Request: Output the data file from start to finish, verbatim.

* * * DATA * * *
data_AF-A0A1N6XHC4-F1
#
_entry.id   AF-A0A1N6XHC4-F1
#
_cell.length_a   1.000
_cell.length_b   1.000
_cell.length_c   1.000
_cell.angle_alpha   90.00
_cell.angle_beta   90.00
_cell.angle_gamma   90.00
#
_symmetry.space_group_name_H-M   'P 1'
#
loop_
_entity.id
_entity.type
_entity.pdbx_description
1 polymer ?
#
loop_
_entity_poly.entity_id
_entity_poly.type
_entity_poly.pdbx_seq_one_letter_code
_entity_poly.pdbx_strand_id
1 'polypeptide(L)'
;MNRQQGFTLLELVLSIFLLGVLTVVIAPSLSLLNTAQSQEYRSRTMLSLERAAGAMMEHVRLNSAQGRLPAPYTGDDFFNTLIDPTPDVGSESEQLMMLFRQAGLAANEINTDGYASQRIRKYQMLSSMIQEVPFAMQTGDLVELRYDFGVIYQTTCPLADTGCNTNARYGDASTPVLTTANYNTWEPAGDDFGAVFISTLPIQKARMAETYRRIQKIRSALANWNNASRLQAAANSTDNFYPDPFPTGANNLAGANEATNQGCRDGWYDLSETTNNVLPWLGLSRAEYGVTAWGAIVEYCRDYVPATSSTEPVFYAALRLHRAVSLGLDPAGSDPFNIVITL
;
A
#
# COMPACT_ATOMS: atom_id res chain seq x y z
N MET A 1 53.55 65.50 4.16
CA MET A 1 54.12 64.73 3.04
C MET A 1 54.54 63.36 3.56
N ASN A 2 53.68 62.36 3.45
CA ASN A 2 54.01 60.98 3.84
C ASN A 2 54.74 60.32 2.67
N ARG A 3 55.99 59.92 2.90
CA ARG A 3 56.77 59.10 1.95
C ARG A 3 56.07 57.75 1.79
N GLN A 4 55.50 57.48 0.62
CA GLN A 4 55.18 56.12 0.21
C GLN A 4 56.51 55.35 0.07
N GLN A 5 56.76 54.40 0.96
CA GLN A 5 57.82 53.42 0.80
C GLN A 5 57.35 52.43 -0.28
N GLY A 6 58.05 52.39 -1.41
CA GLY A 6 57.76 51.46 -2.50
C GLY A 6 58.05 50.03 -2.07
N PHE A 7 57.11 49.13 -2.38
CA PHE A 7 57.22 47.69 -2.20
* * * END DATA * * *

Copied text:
data_AF-A0A1N6XHC4-F1
#
_entry.id   AF-A0A1N6XHC4-F1
#
_cell.length_a   1.000
_cell.length_b   1.000
_cell.length_c   1.000
_cell.angle_alpha   90.00
_cell.angle_beta   90.00
_cell.angle_gamma   90.00
#
_symmetry.space_group_name_H-M   'P 1'
#
loop_
_entity.id
_entity.type
_entity.pdbx_description
1 polymer ?
#
loop_
_entity_poly.entity_id
_entity_poly.type
_entity_poly.pdbx_seq_one_letter_code
_entity_poly.pdbx_strand_id
1 'polypeptide(L)'
;MNRQQGFTLLELVLSIFLLGVLTVVIAPSLSLLNTAQSQEYRSRTMLSLERAAGAMMEHVRLNSAQGRLPAPYTGDDFFNTLIDPTPDVGSESEQLMMLFRQAGLAANEINTDGYASQRIRKYQMLSSMIQEVPFAMQTGDLVELRYDFGVIYQTTCPLADTGCNTNARYGDASTPVLTTANYNTWEPAGDDFGAVFISTLPIQKARMAETYRRIQKIRSALANWNNASRLQAAANSTDNFYPDPFPTGANNLAGANEATNQGCRDGWYDLSETTNNVLPWLGLSRAEYGVTAWGAIVEYCRDYVPATSSTEPVFYAALRLHRAVSLGLDPAGSDPFNIVITL
;
A
#
# COMPACT_ATOMS: atom_id res chain seq x y z
N MET A 1 53.55 65.50 4.16
CA MET A 1 54.12 64.73 3.04
C MET A 1 54.54 63.36 3.56
N ASN A 2 53.68 62.36 3.45
CA ASN A 2 54.01 60.98 3.84
C ASN A 2 54.74 60.32 2.67
N ARG A 3 55.99 59.92 2.90
CA ARG A 3 56.77 59.10 1.95
C ARG A 3 56.07 57.75 1.79
N GLN A 4 55.50 57.48 0.62
CA GLN A 4 55.18 56.12 0.21
C GLN A 4 56.51 55.35 0.07
N GLN A 5 56.76 54.40 0.96
CA GLN A 5 57.82 53.42 0.80
C GLN A 5 57.35 52.43 -0.28
N GLY A 6 58.05 52.39 -1.41
CA GLY A 6 57.76 51.46 -2.50
C GLY A 6 58.05 50.03 -2.07
N PHE A 7 57.11 49.13 -2.38
CA PHE A 7 57.22 47.69 -2.20